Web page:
SAN FRANCISCO (Reuters) - George Soros’s Quantum Strategic Partners is leading a $25 million investment round into a start-up that aims to cut electricity waste, the latest addition to the billionaire investor’s green-energy portfolio.
Transphorm, based in Goleta, California, is peddling a technology that cuts back on energy wasted when electricity is converted from alternating current to direct current. Typically, such waste disperses as heat.
Currently, power conversion wastes 10 percent to 12 percent of electricity, said Transphorm Chief Executive Umesh Mishra. The company’s power conversion module, made from gallium nitride instead of the traditional silicon, can eliminate almost all of that loss, he said.
Two years ago at the Copenhagen climate summit Soros promised to invest $1 billion in clean energy technology. He also announced a $100 million commitment to the Climate Policy Initiative, a San Francisco-based organization that advocates low-carbon growth.
Earlier this year, Soros Fund Management and Silver Lake announced a joint venture in Silver Lake Kraftwerk to invest in clean-energy companies. The new fund is currently raising capital.
Through various funds, Soros has invested in green companies including ethanol maker BioFuel Energy Corp, U.S. solar panel maker First Solar Inc, and Chinese solar company JA Solar, according to U.S. Securities & Exchange Commission filings. At the same time, his funds have investments in sectors that environmentalists complain about, such as coal company Peabody Energy Corp and oil company InterOil Corp, according to filings.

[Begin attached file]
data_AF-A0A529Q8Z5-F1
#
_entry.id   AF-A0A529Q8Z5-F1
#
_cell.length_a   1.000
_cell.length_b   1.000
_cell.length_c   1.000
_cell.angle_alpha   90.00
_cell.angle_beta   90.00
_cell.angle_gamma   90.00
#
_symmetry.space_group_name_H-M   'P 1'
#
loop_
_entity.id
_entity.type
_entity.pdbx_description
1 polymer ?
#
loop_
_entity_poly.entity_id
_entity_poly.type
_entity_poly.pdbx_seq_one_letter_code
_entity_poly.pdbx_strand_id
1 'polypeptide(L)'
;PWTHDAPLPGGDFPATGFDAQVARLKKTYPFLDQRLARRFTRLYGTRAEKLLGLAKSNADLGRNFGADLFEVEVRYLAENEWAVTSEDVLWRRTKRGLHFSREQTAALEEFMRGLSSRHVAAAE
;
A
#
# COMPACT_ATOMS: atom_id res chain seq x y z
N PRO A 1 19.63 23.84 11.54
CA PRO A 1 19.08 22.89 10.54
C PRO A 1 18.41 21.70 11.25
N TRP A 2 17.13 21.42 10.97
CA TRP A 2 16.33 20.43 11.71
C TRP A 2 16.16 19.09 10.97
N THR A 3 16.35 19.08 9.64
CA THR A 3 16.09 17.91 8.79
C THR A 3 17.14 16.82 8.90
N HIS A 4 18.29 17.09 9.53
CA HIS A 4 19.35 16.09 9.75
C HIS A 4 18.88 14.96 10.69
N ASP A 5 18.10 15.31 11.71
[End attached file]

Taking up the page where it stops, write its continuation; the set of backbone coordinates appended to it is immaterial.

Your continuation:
The infusion of cash from Soros allows Transphorm to scale production of its power-conversion modules to the volume its customers have asked for, Mishra said. He declined to name those customers, but said they are manufacturers of power-conversion units.
Transphorm’s first conversion product, geared toward computer servers, will become available later this year, he said. The company is also working on modules geared toward the solar photovoltaic industry and electric cars.
The investment comes on the heels of a $20 million funding round earlier this year from Google Ventures, Kleiner Perkins Caufield & Byers, Foundation Capital, and Lux Capital, all of which also participated in the latest round.
Previously, the company raised $12 million in a round led by Foundation. Its initial funding in 2007 was a $6 million round led by Kleiner that included backing from Lux and a private investor.
“We are just focused on increasing revenue at the fastest rate possible,” Mishra said, adding he believes the company will generate positive cash flow in about two years.
Companies working on competing products include Durham, North Carolina-based Cree Inc and Germany’s Infineon Technologies AG.
Reporting by Sarah McBride; Editing by Phil Berlowitz